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Knee replacement is a procedure in which the surgeon removes damaged or diseased parts of the patient's knee joint and replaces them with new artificial parts. The operation itself is called knee arthroplasty. Arthroplasty comes from two Greek words, arthros or joint and plassein, "to form or shape." The artificial joint itself is called a prosthesis. Most knee prostheses have four components or parts, and are made of a combination of metal and plastic, or metal and ceramic in some newer models.
Knee arthroplasty has two primary purposes: pain relief and improved functioning of the knee joint. Because of the importance of the knee to a person's ability to stand upright, improved joint functioning includes greater stability in the knee.
Total knee replacement, or TKR, is considered major surgery. Therefore, it is usually not considered a treatment option until the patient's pain cannot be managed any longer by more conservative treatment. Alternatives to surgery are described below.
Pain in the knee may be either a sudden or gradual development, depending on the cause of the pain. Knee pain resulting from osteoarthritis and other degenerative disorders may develop gradually over a period of years. On the other hand, pain resulting from an athletic injury or other traumatic damage to the knee, or from such conditions as infectious arthritis or gout, may come on suddenly. Because the structure of the knee is complex and many different disorders or conditions can cause knee pain, the cause of the pain must be diagnosed before joint replacement surgery can be discussed as an option.
Restoration of joint function and stability is the other major purpose of knee replacement surgery. It is helpful to have a brief outline of the major structures in the knee joint in order to understand the types of disorders and injuries that can make joint replacement necessary as well as to understand the operation itself.
The knee is the largest joint in the human body, as well as one of the most vulnerable. Unlike the hip joint, which is partly protected by the bony structures of the pelvis, the knee joint is not shielded by any other parts of the skeleton. In addition, the knee joint must bear the weight of the upper body as well as the stresses and shocks carried upward through the feet when a person walks or runs. Moreover, the knee is essentially a hinge joint, designed to move primarily backwards and forwards; it is not a ball-and-socket joint like the hip, which can swivel and rotate in a variety of directions. Many knee injuries result from stresses caused by twisting or turning movements, particularly when the foot remains in one position while the upper body changes direction rapidly, as in basketball, tennis, or skiing.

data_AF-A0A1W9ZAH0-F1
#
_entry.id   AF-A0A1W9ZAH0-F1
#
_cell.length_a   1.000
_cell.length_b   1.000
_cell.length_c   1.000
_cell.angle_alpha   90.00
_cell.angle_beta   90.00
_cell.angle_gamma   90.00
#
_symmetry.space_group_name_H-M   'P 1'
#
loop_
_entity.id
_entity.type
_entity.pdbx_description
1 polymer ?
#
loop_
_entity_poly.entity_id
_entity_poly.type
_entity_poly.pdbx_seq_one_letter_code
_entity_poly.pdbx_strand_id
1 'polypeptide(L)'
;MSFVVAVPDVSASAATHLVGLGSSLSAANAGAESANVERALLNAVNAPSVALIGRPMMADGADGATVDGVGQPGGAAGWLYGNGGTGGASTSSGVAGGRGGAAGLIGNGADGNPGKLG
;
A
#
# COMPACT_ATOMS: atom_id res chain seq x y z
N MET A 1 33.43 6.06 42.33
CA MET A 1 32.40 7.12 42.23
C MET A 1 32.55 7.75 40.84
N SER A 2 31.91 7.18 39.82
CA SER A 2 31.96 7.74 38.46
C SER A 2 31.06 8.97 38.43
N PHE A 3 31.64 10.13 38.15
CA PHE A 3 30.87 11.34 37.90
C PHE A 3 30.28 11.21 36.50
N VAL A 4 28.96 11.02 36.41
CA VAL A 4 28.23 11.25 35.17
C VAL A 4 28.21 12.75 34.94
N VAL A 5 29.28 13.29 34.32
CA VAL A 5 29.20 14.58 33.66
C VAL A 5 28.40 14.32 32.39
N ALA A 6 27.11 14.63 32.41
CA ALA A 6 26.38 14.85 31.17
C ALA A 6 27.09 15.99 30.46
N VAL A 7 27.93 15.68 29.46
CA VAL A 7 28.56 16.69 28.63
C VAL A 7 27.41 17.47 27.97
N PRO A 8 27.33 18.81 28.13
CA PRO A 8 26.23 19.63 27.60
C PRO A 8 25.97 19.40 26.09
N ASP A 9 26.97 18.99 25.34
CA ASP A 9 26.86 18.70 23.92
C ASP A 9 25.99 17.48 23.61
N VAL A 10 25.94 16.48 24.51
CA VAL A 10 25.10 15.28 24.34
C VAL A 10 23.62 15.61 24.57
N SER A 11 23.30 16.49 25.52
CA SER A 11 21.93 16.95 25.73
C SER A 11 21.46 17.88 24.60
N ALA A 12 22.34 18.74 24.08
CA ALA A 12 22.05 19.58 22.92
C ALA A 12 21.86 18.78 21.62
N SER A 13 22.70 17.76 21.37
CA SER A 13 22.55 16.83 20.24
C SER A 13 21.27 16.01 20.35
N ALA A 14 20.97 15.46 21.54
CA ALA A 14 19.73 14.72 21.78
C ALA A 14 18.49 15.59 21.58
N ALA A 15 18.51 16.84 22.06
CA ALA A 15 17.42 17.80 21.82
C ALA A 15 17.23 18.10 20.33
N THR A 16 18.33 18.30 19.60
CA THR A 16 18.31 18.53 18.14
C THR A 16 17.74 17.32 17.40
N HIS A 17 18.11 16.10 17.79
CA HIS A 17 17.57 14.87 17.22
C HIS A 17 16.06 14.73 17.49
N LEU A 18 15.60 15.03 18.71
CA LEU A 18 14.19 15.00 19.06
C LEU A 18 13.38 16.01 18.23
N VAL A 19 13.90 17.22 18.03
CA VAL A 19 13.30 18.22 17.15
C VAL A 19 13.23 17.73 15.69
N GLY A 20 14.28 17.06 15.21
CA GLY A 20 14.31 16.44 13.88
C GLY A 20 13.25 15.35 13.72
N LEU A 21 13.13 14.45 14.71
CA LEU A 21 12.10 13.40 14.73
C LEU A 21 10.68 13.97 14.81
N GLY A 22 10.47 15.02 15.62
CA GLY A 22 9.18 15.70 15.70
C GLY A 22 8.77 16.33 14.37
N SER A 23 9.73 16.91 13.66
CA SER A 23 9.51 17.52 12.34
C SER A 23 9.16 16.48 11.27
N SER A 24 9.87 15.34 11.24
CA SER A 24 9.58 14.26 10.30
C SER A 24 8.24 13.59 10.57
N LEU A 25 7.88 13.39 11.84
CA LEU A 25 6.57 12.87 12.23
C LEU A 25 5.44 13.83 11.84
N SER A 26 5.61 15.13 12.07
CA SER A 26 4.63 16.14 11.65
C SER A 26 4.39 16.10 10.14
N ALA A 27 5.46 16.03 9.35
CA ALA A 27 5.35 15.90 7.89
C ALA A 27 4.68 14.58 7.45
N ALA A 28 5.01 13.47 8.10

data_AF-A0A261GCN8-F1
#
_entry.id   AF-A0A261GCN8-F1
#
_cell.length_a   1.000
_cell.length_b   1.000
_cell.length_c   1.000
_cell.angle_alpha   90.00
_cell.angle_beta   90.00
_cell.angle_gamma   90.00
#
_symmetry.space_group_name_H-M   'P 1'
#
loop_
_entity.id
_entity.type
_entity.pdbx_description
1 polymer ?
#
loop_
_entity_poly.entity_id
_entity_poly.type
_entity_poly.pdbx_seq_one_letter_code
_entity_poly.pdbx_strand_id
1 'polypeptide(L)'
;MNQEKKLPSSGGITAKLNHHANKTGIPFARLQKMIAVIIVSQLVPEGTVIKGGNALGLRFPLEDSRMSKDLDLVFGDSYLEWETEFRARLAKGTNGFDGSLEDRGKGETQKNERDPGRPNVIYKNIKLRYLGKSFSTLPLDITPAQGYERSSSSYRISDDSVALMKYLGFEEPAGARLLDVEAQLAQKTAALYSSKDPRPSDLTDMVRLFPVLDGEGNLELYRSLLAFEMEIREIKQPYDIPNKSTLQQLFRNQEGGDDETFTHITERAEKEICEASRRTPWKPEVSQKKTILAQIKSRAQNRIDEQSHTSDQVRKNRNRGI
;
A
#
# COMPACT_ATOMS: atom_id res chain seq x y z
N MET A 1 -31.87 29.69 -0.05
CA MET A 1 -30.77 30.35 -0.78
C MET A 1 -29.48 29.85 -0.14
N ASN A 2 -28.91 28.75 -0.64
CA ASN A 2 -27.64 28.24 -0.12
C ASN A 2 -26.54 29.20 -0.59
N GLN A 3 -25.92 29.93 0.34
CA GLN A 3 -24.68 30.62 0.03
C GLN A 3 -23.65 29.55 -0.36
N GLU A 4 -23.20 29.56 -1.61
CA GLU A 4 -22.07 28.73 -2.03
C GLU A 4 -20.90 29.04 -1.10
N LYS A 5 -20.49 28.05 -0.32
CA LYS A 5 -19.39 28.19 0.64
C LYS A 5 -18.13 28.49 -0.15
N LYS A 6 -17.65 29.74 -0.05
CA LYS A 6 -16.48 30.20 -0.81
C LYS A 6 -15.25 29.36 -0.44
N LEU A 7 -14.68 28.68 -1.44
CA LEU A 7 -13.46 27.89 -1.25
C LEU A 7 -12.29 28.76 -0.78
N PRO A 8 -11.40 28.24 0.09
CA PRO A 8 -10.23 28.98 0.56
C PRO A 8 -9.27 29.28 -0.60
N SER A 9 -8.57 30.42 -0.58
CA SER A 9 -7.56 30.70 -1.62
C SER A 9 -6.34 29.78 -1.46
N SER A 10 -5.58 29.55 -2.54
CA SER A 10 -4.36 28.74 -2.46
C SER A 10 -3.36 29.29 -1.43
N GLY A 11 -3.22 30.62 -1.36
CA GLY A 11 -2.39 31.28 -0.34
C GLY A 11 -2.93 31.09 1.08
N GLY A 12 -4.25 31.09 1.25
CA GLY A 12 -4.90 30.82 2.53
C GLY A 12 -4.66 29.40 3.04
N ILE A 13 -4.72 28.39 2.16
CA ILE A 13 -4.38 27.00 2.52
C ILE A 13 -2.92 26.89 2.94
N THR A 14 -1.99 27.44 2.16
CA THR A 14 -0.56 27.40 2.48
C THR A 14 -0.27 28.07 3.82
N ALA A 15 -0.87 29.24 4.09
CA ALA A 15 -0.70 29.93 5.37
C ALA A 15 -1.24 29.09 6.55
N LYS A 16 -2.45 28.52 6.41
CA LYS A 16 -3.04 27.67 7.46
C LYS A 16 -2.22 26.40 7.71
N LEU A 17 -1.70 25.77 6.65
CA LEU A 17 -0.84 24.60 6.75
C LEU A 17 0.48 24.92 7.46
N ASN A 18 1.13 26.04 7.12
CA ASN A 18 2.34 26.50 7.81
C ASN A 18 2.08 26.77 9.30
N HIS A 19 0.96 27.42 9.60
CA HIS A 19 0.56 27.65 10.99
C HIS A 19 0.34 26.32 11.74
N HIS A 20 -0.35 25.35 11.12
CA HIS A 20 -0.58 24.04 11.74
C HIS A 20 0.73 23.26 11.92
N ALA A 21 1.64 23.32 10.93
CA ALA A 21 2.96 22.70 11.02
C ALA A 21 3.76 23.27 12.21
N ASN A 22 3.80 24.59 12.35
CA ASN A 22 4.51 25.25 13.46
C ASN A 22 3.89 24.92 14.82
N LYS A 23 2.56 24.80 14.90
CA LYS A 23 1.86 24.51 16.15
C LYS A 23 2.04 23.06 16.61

The normal knee joint consists of a bone, the patella or kneecap, and a set of tendons, ligaments, and cartilage disks that connect the femur, or thighbone, to the lower leg. There are two bones in the lower leg, the tibia, which is sometimes called the shinbone; and the fibula, a smaller bone on the outside of the lower leg. There are two collateral ligaments on the outside of the knee joint that connect the femur to the tibia and fibula respectively. These ligaments help to control the stresses of side-to-side movements on the knee. The patella—a triangular bone at the front of the knee—is attached by tendons to the quadriceps muscles of the thigh. This tendon allows a person to straighten the knee. Two additional tendons inside the knee stretch between the femur and the tibia to prevent the tibia from moving out of alignment with the femur. Cartilage, which is a whitish elastic tissue that allows bones to glide smoothly against each other, covers the ends of the femur, tibia, and fibula as well as the surfaces of the patella. In addition to the cartilage that covers the bones, the knee joint also contains two crescent-shaped disks of cartilage known as menisci (singular, meniscus), which lie between the lower end of the femur and the upper end of the tibia and act as shock absorbers or cushions. The entire joint is surrounded by a thick layer of protective tissue known as the joint capsule.
Disorders and conditions that may lead to knee replacement surgery include:
There are several factors that increase a person's risk of eventually requiring knee replacement surgery.
hold the parts of the knee joint in alignment, while jumping increases the shock on the knee joint and the risk of twisting or tearing the knee joint when the person lands. Squatting can increase the forces on the knee joint as much as eight times body weight.
Author Info: Rebecca Frey Ph.D., The Gale Group Inc., Gale, Detroit, Gale Encyclopedia of Surgery, 2004
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